Chopper’s dental hygiene is, frankly, disgraceful. But it’d take a brave dentist to suggest an electric toothbrush and regular flossing. When you’re face to face with a 5.5m-long saltwater crocodile, such professional dedication probably goes out of the window.
Getting in the water with Chopper under normal circumstances would mean almost certain death. Crocs have no emotions, and no fear of taking down large creatures to supplement their usual diet of turtles and fish. They will often wait in the murky shallows, learning the routine of any interloper stupid enough to come to the same spot on a regular basis, then pounce. They can move their entire body length in a second, then bite down with 66 teeth and a force of 33,800 newtons. For comparison, a lion or a great white shark can manage around 2,700 newtons.
The only thing protecting me from this fate at Chopper’s gnashers is a thin strip of Perspex, known hyperbolically as the Cage of Death. This especially unnerving piece of daredevilry is the star attraction of Darwin’s Crocosaurus Cove, which houses some of the biggest crocodiles on earth in the middle of the Northern Territory’s most notorious boozing street.
The idea is brilliantly simple: lower willing, paying guests into the cage with the crocs, then see what happens. And it doesn’t take long after I’ve splashed down for him to kick into gear.
He doesn’t come straight for me, but circles around. This is both a show of dominance and a sign that he knows he can’t penetrate the cage. Rattling the Perspex would take up too much energy, so instead he slowly glides round, and lines his black slit of an eye up with the narrow holes in the cage. If so much as a pinkie finger dares to go through that hole to investigate, Chopper will have it.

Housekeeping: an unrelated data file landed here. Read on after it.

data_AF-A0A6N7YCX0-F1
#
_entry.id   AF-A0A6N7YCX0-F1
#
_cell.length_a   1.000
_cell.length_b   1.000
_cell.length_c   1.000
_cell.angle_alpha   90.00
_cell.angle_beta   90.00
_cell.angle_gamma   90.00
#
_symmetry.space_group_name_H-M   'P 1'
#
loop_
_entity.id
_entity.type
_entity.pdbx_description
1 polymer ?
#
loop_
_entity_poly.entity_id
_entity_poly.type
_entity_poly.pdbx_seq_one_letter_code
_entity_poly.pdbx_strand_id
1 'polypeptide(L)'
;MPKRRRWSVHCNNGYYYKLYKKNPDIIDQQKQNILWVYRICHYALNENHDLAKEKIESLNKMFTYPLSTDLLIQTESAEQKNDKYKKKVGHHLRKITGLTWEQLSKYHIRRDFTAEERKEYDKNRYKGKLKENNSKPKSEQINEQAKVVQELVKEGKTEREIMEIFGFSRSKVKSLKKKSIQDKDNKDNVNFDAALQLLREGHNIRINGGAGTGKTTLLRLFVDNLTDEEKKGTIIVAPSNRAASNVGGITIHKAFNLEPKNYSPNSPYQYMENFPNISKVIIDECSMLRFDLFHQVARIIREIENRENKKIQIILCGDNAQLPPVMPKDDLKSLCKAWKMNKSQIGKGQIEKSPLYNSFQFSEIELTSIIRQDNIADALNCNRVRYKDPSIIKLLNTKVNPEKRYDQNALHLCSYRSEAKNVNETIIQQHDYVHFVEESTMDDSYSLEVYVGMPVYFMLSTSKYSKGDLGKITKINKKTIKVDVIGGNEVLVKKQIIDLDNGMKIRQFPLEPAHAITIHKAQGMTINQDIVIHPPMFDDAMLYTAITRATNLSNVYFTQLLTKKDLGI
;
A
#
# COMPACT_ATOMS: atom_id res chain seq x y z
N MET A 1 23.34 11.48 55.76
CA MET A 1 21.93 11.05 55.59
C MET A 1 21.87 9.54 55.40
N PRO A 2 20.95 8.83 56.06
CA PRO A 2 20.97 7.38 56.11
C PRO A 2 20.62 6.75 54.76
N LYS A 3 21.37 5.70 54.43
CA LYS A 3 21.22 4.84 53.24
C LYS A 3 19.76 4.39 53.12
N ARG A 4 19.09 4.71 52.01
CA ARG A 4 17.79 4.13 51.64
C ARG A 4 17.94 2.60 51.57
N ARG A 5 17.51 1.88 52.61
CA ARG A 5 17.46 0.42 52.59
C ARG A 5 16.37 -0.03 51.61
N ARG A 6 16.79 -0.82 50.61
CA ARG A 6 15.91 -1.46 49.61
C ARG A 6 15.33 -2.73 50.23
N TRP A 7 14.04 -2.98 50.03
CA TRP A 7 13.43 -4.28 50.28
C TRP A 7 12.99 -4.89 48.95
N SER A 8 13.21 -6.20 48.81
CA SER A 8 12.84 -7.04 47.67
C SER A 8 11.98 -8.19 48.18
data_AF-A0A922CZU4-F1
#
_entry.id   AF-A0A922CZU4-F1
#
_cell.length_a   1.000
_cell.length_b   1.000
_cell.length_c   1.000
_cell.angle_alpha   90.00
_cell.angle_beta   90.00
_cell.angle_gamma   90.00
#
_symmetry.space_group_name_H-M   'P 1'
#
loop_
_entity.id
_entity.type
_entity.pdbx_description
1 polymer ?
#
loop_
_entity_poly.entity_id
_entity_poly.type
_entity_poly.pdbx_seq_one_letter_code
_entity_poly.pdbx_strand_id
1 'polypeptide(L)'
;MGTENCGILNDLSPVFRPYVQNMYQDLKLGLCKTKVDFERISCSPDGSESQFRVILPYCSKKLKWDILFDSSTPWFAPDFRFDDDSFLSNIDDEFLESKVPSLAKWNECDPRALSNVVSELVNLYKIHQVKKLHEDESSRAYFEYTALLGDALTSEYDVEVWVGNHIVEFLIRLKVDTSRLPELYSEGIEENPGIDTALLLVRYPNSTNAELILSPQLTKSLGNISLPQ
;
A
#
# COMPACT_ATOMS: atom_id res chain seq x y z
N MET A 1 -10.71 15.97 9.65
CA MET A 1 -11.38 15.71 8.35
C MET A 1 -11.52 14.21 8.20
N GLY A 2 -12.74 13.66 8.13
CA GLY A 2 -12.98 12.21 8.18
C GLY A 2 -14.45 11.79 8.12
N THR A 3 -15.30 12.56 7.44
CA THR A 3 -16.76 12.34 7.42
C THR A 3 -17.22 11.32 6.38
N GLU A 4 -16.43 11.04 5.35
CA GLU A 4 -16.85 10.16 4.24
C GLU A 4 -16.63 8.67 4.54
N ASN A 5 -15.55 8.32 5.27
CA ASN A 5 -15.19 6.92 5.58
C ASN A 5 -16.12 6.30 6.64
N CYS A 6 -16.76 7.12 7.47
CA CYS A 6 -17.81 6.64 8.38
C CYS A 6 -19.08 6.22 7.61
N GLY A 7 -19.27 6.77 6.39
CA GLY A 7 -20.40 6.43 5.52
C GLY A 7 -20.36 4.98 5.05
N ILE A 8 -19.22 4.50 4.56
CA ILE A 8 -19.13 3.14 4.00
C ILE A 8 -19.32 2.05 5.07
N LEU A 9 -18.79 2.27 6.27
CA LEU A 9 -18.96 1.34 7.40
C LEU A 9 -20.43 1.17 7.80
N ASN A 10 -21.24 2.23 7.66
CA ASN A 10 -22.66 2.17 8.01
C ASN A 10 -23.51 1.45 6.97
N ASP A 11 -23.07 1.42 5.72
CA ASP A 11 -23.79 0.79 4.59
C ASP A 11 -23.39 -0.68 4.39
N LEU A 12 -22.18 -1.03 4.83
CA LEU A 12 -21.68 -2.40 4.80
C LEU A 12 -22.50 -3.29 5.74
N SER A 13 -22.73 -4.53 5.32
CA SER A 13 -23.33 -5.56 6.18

“Chops” is a favourite of the Crocosaurus Cove staff, although keeper Charlotte Price admits, “he’s probably not as attached to us as we are to him”. He’s an old boy, in his 80s, who survived the crocodile-hunting era that saw numbers reach critically low levels. It’s thought that, at one point, there were fewer than 3,000 left in the Northern Territory. A hunting ban was imposed in 1971, and now there are reckoned to be around 80,000.
But some of them, like Chopper, become ‘problem crocodiles’. In practice, this means they start hanging out around boat ramps and beaches, attacking boats or taking a few too many cattle. Capturing them and shifting them elsewhere is pointless – crocs are highly territorial and will just make their way back to what they’ve decided is their home turf. So the likes of Chopper end up on crocodile farms or, if they’re particularly gigantic, at Crocosaurus Cove.
Seeing Chopper up close, it’s obvious that he’s lost a fair few fights in his time. His skin is tough but scarred, and while his back feet look like those of a comedy dinosaur fancy dress costume, his front feet are just stumps. His neck is intimidatingly fat and his tail, that most powerful of engines, sweeps across the horizon with a sinister majesty.
But it’s his mouth that provokes the most awe – and definitely the most fear. Something disturbs the water behind him, and he launches himself at it with instinctive ferocity. It’s a bit of chicken – Crocosaurus Cove staff evidently like to spice things up a bit by feeding the crocs while humans are in the enclosure with them. And once the chicken is dangled between Chopper and the cage, I get to see what would await if the Perspex suddenly dissolved.
He opens wide, his throat not visible due to the valve that prevents him from drowning if he opens his mouth underwater. To swallow, he has to throw his head back like someone ostentatiously taking tablets. But the chances of any food still being alive by that stage are pretty slim.
It's virtually impossible not to shudder and recoil at this. There’s not the faintest question of survival in a straight fight against this 790kg prehistoric killing machine. Crocs stopped evolving long before humans came on the scene – they simply didn’t need to change the recipe that has long made them the apex predator of the tropics. And, as the cage lifts in retreat, he slowly returns to the bank to catch some sun. The old man has his territory to himself again, and all is fine with the world.
Etihad (etihad.com) flies from London Heathrow and Manchester, via Abu Dhabi, to key Australian cities such as Sydney, Melbourne and Brisbane. Connecting codeshares up to Darwin with Virgin Australia can be bundled into the ticket for around £980.
Doubles at the central, tropical garden-surrounded Palms City Resort (palmscityresort.com) cost from AU$145 (£84).
The Cage of Death experience, including entry to Crocosaurus Cove (crocosauruscove.com), costs AU$170 (£98) going solo, or AU$130 (£75) each entering as a duo.
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